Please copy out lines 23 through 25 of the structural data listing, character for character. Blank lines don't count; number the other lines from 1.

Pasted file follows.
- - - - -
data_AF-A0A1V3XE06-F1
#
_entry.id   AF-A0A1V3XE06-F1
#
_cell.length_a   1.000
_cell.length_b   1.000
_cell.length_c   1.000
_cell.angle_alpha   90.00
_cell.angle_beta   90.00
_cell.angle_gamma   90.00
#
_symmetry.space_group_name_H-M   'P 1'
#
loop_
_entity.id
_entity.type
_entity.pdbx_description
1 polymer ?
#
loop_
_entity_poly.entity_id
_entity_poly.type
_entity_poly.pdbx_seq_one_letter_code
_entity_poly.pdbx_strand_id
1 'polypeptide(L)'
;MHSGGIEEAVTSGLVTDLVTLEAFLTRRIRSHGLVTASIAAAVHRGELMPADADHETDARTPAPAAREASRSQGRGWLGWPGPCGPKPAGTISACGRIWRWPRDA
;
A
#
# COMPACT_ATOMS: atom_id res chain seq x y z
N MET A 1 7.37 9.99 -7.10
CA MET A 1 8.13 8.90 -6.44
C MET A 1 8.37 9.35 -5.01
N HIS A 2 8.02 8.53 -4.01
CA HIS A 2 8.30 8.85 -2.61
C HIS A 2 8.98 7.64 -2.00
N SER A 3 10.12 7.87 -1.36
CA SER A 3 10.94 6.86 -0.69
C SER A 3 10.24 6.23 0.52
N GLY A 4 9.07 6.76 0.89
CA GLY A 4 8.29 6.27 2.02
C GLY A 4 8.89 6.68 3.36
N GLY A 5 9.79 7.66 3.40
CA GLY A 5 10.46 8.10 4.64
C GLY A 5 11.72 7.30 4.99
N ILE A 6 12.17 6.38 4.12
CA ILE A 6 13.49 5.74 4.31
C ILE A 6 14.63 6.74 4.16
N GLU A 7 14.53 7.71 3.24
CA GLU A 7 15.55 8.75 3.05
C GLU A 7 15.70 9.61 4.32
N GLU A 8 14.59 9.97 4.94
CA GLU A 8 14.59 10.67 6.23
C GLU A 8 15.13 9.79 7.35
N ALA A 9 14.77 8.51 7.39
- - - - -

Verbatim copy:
_entity_poly.pdbx_seq_one_letter_code
_entity_poly.pdbx_strand_id
1 'polypeptide(L)'